THE future of Limerick’s small villages could be put in danger by the introduction of a new commercial rates regime, local councillors have warned.
Following a revaluation of rates throughout the city and county, a number of filling stations and shops have been hit with increases of up to 400% in their annual rates bill, according to councillors who were speaking at a special meeting of Limerick City and County Council to discuss the issue.
Cllr Jerome Scanlan, who called last Friday’s meeting, said he was aware of “at least a dozen” businesses facing such an increase. He pointed out that the new rate for rural shops was almost the same as that for outlets in the city. “There is not footfall relative to what you would see in one of the city areas,” he said.
“Businesses are going to go to the wall,” Cllr Scanlan warned. “In my view, the future of rural Limerick, particularly the small shops, the cultural and leisure activities, they are all threatened by what is happening,” he said.
There was particular concern expressed for rural filling stations, many of which are facing large increases in their rates bills. “They are after seeing a rates increase of 400% and in one case 510% - there is genuine fear out there,” said Cllr Liam Galvin.
“There are small businesses going to close down because of what has happened,” he said.
Cllr Noel Gleeson said that while business people would be prepared to accept a “reasonable percentage” increase, he said the extent of the hike in some cases was “not justified”.
Cllr Stephen Keary pointed out that the valuation for many filling stations did not take into account the increase in fuel prices in recent years. “This is going to be the death knell for the crossroads filling station. If they are not aligned to one of the big multiples, they are gone,” he warned.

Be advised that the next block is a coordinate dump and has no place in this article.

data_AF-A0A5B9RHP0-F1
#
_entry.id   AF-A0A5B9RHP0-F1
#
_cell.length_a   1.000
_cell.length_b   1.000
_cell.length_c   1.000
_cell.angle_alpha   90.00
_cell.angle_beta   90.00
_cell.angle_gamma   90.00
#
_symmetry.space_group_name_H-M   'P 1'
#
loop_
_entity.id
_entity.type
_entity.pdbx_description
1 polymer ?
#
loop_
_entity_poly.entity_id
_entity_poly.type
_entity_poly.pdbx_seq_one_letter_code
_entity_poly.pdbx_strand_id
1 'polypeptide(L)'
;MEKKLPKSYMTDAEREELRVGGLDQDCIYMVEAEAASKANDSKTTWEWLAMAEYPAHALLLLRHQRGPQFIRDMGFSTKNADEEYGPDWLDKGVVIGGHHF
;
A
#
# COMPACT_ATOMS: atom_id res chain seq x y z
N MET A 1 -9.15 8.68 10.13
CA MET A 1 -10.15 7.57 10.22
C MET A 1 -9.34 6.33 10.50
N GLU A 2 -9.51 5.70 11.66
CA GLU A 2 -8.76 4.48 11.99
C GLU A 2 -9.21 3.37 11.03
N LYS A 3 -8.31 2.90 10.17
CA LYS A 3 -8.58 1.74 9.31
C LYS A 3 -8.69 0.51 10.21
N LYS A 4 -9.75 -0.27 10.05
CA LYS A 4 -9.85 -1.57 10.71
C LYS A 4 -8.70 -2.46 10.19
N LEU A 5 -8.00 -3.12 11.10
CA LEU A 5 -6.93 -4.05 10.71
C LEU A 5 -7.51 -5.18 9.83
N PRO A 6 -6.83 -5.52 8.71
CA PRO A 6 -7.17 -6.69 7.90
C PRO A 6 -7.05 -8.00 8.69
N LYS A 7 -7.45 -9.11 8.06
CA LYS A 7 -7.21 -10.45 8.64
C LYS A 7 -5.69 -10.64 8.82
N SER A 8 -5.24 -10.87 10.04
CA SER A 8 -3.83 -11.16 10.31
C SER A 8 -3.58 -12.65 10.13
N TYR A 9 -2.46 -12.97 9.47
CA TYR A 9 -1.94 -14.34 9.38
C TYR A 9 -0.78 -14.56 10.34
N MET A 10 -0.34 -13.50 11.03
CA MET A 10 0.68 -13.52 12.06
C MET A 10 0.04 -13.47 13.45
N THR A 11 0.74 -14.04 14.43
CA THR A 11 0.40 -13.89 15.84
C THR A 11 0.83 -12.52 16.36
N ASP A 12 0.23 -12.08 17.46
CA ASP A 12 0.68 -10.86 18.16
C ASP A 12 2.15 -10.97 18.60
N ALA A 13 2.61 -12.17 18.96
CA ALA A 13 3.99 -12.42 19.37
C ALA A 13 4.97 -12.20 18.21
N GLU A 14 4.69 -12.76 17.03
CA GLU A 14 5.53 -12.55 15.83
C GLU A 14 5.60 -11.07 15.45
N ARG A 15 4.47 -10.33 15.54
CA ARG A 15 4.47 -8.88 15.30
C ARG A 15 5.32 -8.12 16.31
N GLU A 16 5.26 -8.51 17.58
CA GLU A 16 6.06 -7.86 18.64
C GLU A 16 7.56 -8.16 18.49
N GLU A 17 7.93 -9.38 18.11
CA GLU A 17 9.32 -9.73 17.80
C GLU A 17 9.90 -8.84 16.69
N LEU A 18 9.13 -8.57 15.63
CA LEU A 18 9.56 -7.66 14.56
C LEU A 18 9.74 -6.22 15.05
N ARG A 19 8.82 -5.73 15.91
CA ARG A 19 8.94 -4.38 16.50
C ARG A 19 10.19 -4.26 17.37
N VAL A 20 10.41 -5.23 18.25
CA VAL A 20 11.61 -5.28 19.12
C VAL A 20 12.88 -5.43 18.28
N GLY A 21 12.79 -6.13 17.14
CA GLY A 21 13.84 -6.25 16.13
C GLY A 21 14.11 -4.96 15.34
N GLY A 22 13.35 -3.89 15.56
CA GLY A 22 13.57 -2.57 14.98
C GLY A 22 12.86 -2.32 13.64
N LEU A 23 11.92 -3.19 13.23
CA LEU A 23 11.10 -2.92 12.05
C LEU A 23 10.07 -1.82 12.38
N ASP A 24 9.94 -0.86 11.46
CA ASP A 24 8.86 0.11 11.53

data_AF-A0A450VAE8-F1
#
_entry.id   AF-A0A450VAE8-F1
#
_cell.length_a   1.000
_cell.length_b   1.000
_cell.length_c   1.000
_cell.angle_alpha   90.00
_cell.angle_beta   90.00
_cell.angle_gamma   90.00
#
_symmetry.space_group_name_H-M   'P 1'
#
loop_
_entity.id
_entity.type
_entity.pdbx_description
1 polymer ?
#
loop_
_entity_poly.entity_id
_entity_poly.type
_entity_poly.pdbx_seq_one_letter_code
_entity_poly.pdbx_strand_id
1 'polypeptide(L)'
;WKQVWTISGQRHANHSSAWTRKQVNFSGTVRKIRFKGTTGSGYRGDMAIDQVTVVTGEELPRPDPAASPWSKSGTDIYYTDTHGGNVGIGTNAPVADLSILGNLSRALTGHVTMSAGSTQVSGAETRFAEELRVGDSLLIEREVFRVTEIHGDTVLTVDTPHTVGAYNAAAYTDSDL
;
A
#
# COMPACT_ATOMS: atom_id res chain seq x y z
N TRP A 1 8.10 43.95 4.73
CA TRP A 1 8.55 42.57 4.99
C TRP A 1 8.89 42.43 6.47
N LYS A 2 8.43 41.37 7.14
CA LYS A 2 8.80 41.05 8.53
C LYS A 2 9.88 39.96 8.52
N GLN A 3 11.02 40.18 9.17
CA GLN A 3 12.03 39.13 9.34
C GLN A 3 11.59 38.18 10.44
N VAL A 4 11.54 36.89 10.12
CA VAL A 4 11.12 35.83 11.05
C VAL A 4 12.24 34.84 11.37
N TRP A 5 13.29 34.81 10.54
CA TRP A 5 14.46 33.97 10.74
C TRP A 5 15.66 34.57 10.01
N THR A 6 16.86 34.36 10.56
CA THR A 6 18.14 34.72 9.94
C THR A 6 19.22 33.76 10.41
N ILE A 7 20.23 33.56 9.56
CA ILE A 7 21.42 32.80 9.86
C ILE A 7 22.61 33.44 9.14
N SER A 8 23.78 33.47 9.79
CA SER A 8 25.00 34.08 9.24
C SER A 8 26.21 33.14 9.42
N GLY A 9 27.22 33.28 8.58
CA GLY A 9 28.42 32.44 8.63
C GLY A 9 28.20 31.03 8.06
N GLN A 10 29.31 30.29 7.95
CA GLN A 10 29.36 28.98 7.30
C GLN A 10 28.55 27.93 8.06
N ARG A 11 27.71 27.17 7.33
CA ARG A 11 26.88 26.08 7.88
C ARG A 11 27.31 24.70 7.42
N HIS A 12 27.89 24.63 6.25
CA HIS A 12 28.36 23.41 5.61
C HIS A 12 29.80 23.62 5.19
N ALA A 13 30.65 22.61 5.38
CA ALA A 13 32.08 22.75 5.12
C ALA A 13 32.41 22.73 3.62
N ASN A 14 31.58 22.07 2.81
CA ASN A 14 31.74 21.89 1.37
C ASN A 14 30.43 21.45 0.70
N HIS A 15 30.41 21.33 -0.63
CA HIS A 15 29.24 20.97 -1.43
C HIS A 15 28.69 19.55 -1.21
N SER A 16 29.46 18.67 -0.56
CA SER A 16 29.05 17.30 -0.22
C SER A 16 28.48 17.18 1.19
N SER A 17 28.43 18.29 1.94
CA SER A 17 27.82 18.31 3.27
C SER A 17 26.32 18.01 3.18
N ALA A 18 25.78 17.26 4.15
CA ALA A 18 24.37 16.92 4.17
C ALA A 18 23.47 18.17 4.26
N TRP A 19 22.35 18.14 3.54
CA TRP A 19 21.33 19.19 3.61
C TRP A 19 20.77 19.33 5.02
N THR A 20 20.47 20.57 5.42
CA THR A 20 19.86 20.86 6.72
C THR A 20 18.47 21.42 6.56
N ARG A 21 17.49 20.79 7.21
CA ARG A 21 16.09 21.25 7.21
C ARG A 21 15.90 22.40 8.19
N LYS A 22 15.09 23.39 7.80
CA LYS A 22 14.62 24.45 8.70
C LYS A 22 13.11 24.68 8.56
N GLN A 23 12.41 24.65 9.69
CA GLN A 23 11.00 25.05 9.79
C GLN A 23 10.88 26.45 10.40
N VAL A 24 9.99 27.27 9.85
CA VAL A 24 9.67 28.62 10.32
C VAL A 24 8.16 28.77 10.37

Cllr Emmett O’Brien described the rates increase as “an attack on rural Ireland” and suggested that the increase should be phased in over a five year period. “It is not just pubs and forecourts that are closing, but a lot of other businesses,” he said.
Cllr Bridget Teefy said the rates increase was a “huge source of worry” to many rural businesses. “They say they just won’t be able to keep going. It is astronomical this increase,” she added.
Cllr Michael Collins warned that the town of Newcastle West, like other towns in the county, was “dying on its feet”. “It clearly won’t work in its present format,” he said.
It was agreed, following a proposal from Cllr Kieran O’Hanlon, that the council would send a delegation to meet with the Minister for Finance Michael Noonan and the Minister for the Environment Alan Kelly to highlight the concerns raised at the meeting.
Cathaoirleach Kevin Sheahan said that businesses were being “crucified” by the rates increase. “There are so many villages out there and they are down to one shop and it is usually a filling station. Those people are now going to be wiped out completely. What are the consequences of that for that village going forward? It is the end of that village,” he said.
The rates are also impacting on city businesses and community organisations.
One of these is the Boherbuoy Brass and Reed Band, which is facing a rates bill for the first time in its 164-year-history. The band found out in June that it would have to pay over €7,000 in rates for its band hall in Edward Street.
Cllr Maria Byrne pointed out that the band hall was not a commercial facility and that the band operated on a voluntary basis. “They have a lot of things to pay out without having to pay a bill of almost €8,000 in rates,” she said, adding that the band had a lot of members from the regeneration areas and provided music training for many young people from these parts of the city.
Cllr Joe Leddin told the meeting that the bill threatened to “shut down” the band. “They have gone from a situation where they were paying no rates to where they are paying almost €8,000,” he said.
Cllr Jerry O’Dea pointed out that city businesses had benefited from a 16% reduction in rates last year and asked for clarification on whether this would be repeated next year. “For a lot of small shops, that 16% kept them going,” he said.
Patrick Conroy of the Rates Valuation Office gave a presentation in which he outlined the process for striking the new rate. He described the valuation as a “revenue neutral exercise” in which 55% of rate payers had seen their rates reduced, while 45% had seen an increase.
However, he stressed that the valuation was still in progress and that his office would be prepared to review any valuations for which evidence could be produced to show that they were incorrect. “We have absolutely no problem changing any valuation. We have no agenda other than to get a fair and equitable system,” he said.
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